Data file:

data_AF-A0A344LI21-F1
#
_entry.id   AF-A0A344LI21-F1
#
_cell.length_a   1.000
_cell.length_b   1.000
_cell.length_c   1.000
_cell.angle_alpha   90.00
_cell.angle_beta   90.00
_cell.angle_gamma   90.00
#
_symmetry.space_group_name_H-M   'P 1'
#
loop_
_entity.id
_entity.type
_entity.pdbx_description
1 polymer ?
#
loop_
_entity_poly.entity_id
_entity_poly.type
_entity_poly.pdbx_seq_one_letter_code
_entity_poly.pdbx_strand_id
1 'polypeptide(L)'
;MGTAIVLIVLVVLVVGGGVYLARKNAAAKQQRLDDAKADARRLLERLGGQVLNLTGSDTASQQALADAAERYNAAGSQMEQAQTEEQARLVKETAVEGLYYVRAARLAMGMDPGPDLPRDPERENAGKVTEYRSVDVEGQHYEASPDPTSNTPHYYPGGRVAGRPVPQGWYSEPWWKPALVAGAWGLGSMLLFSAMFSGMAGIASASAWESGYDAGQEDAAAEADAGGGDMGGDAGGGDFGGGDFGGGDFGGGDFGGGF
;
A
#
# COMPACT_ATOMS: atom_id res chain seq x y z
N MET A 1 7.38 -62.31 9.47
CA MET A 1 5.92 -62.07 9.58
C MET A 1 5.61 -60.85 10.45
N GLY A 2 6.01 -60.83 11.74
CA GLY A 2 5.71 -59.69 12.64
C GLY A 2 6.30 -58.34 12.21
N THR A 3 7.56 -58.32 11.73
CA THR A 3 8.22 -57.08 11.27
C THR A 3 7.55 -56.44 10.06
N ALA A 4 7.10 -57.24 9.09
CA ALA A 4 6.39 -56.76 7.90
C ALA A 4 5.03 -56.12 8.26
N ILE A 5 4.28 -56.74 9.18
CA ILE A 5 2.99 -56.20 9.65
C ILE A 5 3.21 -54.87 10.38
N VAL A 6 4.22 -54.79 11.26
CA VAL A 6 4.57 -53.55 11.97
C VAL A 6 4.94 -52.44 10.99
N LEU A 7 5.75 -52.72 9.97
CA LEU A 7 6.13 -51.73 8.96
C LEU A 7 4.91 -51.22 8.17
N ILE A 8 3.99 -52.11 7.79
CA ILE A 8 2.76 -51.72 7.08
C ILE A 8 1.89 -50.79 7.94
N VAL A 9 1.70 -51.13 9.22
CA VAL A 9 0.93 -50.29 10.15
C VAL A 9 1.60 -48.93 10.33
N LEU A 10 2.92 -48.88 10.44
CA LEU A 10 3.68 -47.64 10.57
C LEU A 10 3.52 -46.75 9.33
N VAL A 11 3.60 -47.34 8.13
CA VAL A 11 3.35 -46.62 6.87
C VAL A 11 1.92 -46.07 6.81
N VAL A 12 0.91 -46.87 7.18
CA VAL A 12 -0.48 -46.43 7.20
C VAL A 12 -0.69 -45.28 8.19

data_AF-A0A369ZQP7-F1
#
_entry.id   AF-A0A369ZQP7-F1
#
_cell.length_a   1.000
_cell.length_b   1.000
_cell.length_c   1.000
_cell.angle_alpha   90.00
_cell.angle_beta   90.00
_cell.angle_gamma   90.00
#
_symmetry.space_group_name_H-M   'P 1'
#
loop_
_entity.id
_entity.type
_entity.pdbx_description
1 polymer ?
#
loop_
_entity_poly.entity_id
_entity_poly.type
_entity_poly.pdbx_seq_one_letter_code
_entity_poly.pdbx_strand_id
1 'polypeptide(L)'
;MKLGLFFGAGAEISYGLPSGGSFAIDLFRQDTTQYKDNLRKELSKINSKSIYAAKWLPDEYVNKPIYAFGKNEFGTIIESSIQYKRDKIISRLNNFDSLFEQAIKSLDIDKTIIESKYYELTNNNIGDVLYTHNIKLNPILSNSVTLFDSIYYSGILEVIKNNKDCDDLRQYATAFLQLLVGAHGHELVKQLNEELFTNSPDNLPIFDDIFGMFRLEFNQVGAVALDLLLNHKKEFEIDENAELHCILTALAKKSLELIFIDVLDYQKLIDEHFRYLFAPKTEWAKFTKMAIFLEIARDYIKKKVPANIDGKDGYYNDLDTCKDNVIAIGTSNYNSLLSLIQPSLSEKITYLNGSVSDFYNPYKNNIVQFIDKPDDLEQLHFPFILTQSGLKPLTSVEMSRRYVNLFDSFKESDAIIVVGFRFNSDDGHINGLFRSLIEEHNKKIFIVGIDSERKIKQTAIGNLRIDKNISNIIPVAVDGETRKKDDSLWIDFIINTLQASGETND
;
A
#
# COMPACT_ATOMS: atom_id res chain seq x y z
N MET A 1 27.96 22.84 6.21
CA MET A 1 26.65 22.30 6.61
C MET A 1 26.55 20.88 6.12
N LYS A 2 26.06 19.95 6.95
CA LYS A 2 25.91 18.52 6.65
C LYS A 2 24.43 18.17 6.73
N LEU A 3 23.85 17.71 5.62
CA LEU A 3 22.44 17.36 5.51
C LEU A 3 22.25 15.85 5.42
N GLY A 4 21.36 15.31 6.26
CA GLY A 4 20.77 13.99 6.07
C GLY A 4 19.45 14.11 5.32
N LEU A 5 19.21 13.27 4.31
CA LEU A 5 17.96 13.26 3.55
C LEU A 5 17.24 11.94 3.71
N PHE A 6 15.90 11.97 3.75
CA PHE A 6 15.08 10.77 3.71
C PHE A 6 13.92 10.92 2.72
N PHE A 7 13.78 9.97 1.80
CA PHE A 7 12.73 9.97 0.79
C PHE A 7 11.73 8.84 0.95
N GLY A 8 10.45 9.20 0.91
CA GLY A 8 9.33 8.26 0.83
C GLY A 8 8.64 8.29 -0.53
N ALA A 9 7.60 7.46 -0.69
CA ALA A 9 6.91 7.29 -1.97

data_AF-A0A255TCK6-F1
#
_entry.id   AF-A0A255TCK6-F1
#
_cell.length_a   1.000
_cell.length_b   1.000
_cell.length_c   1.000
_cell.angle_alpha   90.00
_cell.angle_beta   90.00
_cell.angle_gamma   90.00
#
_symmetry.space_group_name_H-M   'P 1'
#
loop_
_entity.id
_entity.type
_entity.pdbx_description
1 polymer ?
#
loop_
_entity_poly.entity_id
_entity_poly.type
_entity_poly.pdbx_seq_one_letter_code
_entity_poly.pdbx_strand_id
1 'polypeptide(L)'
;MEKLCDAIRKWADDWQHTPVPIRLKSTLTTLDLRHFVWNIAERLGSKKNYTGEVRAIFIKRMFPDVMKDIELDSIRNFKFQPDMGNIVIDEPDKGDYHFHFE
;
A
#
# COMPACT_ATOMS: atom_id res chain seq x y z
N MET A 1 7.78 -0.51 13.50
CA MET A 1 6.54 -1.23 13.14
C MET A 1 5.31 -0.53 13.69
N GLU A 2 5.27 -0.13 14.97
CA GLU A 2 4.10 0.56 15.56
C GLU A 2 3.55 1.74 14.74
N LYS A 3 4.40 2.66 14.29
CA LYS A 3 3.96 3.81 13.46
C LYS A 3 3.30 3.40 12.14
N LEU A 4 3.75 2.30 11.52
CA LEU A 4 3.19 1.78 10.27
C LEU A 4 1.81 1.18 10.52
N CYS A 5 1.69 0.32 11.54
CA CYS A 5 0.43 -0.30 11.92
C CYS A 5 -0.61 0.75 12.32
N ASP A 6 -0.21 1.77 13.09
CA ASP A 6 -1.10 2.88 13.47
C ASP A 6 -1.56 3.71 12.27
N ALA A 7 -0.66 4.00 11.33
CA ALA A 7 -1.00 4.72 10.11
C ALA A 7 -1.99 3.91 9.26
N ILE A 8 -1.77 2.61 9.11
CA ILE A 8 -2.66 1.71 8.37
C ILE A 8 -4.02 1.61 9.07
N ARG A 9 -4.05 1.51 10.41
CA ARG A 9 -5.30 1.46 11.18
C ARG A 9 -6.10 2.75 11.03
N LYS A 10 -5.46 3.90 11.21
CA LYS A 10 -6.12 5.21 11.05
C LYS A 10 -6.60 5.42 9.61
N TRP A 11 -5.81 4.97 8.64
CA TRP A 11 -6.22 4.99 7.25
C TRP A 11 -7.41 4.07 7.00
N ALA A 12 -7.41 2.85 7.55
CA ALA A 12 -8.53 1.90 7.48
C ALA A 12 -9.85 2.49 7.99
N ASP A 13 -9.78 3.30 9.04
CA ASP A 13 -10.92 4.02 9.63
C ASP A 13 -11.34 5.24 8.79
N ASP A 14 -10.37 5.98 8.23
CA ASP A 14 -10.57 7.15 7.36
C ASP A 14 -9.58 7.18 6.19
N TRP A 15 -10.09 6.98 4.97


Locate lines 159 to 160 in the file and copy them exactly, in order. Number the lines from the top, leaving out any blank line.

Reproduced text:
N LYS A 3 4.40 2.66 14.29
CA LYS A 3 3.96 3.81 13.46